War on terror's other cost: undeserved anger at all Muslims
A US soldier explains how he keeps anger over Islamist terrorists from becoming prejudice against Muslims in general.
This September and October, Americans mark the ninth anniversary of the 9/11 attacks and the ninth year of war in Afghanistan, respectively. This war has become arguably the longest in our history. Given the jihad-until-doomsday rhetoric of the Islamists, the war on terror will probably stay with us in one form or another for the foreseeable future.
As the costs mount in blood and treasure, little wonder that the war corrodes the way we think about Muslims and Muslim countries. After all, the worst attack on American soil was hatched in Afghanistan, allegedly planned by a Pakistani, and carried out mainly by Saudis.
It is admittedly tempting to let conflict define our relationship with Muslims. Controversial bus ads about Islam in several US cities are forcing an uncomfortable conversation about this relationship. For those of us who have served in Iraq and Afghanistan, it becomes personal. Nobody likes getting shot at.
Firsthand experience in a Muslim country
But several years ago, I had a different kind of experience in a Muslim country – one I like to recall in contrast to the events that dominate the news today.
On the first flight of my deployment, our Air Force C-130 cargo plane lifted off from Dhaka, Bangladesh. Water the color of mocha rippled beneath us, inundating slums and hovels, streets and fields. Bangladesh was suffering a flood of historic proportions.
Unlike most floods in the US, where a river overflows its banks and runs swollen along its course, the Bangladeshi flood had no identifiable river channel. Just a flat, drenched expanse – miles of it. As we climbed, the water stretched to the horizon. It was like an inland sea, dotted with treetops and shanty roofs. Tarp shelters clustered on the few patches of ground high enough to remain dry.
We carried about a dozen Bangladeshi air force cadets; it was the first time most of them had ever flown. Several minutes after takeoff, an oil pump failed. In less than 90 seconds, all the oil from one of our four engines spewed and misted into the floodwater. We shut down the engine, declared an emergency, turned around, and landed back at Dhaka. Muddy water lapped at the airfield’s perimeter.
I apologized to the cadets for their short and perhaps nerve-wracking ride.
They did not seem fazed.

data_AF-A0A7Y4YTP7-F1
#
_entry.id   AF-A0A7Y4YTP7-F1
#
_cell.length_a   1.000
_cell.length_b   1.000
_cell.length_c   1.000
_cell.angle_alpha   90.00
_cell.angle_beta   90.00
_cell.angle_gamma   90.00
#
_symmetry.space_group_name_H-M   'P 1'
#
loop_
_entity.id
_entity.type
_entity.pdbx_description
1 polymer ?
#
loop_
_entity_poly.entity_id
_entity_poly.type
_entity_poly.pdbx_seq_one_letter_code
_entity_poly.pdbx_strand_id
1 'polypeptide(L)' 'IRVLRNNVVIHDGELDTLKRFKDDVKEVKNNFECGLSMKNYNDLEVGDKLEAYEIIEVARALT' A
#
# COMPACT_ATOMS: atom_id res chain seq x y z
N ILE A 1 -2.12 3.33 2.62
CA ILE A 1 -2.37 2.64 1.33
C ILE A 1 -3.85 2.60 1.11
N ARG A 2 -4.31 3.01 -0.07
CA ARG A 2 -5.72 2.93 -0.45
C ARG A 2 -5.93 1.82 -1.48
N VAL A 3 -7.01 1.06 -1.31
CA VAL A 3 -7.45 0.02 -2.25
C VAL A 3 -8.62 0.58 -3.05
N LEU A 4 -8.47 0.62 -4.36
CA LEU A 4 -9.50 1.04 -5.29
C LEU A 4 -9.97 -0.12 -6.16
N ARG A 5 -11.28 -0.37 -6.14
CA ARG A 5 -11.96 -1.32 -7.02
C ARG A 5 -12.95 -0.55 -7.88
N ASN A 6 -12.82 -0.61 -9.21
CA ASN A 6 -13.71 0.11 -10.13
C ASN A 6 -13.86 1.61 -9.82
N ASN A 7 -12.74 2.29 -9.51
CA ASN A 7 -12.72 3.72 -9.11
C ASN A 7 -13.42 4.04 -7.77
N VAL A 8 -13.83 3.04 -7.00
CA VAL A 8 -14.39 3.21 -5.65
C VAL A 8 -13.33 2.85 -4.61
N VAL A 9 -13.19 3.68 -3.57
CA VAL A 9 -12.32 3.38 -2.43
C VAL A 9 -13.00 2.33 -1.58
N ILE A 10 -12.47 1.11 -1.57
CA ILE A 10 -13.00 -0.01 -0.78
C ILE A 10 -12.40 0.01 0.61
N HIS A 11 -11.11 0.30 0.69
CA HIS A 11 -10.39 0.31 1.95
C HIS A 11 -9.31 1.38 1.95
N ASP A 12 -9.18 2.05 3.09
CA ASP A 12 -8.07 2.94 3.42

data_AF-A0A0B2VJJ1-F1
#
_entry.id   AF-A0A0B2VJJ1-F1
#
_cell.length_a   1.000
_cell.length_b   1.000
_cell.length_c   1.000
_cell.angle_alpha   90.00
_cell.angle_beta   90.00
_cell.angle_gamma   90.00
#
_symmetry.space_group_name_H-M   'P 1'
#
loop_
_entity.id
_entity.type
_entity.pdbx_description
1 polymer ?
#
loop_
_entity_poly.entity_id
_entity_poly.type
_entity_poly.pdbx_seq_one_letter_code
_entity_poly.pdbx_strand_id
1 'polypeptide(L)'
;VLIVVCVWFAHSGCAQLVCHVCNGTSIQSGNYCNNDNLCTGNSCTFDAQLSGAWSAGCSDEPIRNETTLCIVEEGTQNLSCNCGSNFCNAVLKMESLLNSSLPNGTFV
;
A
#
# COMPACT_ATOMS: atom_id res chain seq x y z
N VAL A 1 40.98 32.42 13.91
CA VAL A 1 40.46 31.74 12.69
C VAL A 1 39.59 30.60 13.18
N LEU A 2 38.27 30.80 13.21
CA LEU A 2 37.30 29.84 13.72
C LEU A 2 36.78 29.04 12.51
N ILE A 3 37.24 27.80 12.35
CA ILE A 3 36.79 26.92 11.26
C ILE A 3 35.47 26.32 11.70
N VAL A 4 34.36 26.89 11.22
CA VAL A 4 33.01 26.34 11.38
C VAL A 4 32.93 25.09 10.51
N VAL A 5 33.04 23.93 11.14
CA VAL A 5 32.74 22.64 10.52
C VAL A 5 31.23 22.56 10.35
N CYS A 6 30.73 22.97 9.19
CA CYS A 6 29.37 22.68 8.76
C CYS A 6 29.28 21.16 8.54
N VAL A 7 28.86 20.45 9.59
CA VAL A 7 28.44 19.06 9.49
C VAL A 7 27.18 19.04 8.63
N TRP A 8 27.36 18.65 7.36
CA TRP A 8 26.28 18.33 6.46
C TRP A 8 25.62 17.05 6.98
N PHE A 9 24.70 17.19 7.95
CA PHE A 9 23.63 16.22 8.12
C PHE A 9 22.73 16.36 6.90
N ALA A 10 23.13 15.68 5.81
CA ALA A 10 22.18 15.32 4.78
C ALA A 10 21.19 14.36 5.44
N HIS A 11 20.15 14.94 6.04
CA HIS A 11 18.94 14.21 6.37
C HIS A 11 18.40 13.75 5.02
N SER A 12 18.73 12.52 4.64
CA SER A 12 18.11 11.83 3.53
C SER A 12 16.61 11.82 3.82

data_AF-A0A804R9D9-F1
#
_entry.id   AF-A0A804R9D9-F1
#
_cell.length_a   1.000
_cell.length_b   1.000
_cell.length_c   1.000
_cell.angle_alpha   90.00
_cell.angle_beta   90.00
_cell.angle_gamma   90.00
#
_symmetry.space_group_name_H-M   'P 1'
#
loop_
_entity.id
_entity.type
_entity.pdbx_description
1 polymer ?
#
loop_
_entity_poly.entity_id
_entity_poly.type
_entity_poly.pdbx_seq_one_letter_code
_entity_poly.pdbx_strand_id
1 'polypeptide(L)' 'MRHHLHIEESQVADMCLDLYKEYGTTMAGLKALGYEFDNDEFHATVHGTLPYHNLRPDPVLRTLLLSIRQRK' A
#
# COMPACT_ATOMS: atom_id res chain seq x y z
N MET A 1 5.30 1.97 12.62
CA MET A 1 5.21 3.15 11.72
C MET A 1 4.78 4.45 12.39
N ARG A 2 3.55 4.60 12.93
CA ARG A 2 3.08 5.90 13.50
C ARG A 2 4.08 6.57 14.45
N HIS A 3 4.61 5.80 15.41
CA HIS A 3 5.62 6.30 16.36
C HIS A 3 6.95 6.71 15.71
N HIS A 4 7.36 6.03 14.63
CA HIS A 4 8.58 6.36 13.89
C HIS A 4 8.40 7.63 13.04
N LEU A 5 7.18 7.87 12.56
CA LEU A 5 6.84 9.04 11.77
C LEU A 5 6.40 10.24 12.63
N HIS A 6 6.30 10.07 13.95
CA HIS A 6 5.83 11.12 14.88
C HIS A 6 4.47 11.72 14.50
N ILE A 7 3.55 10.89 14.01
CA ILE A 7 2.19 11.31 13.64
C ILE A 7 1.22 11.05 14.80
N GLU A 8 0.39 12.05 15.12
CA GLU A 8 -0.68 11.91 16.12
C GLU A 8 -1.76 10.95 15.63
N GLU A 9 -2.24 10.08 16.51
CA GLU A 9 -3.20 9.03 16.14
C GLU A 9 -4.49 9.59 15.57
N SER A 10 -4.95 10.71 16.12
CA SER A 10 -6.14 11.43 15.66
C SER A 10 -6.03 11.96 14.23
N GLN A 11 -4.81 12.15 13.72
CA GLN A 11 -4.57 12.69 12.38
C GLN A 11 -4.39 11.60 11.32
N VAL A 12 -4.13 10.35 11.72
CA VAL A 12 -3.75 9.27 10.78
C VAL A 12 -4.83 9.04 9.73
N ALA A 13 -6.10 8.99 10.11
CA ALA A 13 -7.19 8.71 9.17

“Not a problem, sir!” one of them barked, locked at attention. We could not get those guys to relax, but even through extreme military protocol, they exuded goodwill. “Thank you for the experience, sir,” another offered.
Due to the flood, our mission to demonstrate the capabilities of the C-130 Hercules quickly turned into a real-world relief operation. Working with Bangladeshi civilians and military personnel, we delivered food and medical supplies to places where floodwater had cut off highways. The Bangladeshis ended up buying four refurbished C-130s for just that purpose.
Not a single moment of hostility
We encountered not one single moment of hostility, not from anyone anywhere in that devoutly Muslim country. It was 1998.
I still have fond memories of the Bangladeshis, their delightfully subtle sense of humor, and their grit and creativity in the face of adversity.
Heartbreakingly poor, they knew how to get the most from whatever they had.
“Sir, we must save the fuel in this generator if you really do not need electricity now,” one soldier told me. Second to Islam, the guiding creed of Bangladeshis seemed to be common sense.
Granted, this was all before 9/11, but it shows that Americans and South Asian Muslims are not necessarily natural enemies. Bangladesh does have its radical Islamists, but the country has never become a major schoolhouse, refuge, and transit point for them like its historical cousin, Pakistan. Islam alone is not the problem.
In the post-9/11 world, it’s way too easy to get sloppy in our thinking and extend our anger over terrorism to Muslims in general.
I understand the root of this anger: My wife works in the Pentagon. In 2001, I worked as an airline pilot – friends of friends were on the hijacked planes that slammed into the Pentagon and the World Trade Center. On my first missions in Afghanistan, I carried in my flight suit pocket an outdated navigational chart that depicted the Twin Towers.
Yes, I still harbor anger about 9/11. I get angry about continued efforts to attack the US, such as the attempted Times Square bombing earlier this year.
I get angry when I hear of soldiers maimed by improvised explosive devices. I get really angry when my aircraft’s cargo compartment contains flag-draped boxes.
But when I feel that anger metastasize into prejudice, I try to remember that Bangladesh mission, when the allies were Muslim, and the only enemies were hunger and waterborne disease.
Thomas W. Young is a flight engineer with the West Virginia Air National Guard, a veteran of the wars in Iraq and Afghanistan, and the author of the “The Mullah’s Storm,” a forthcoming novel set in the Afghanistan war.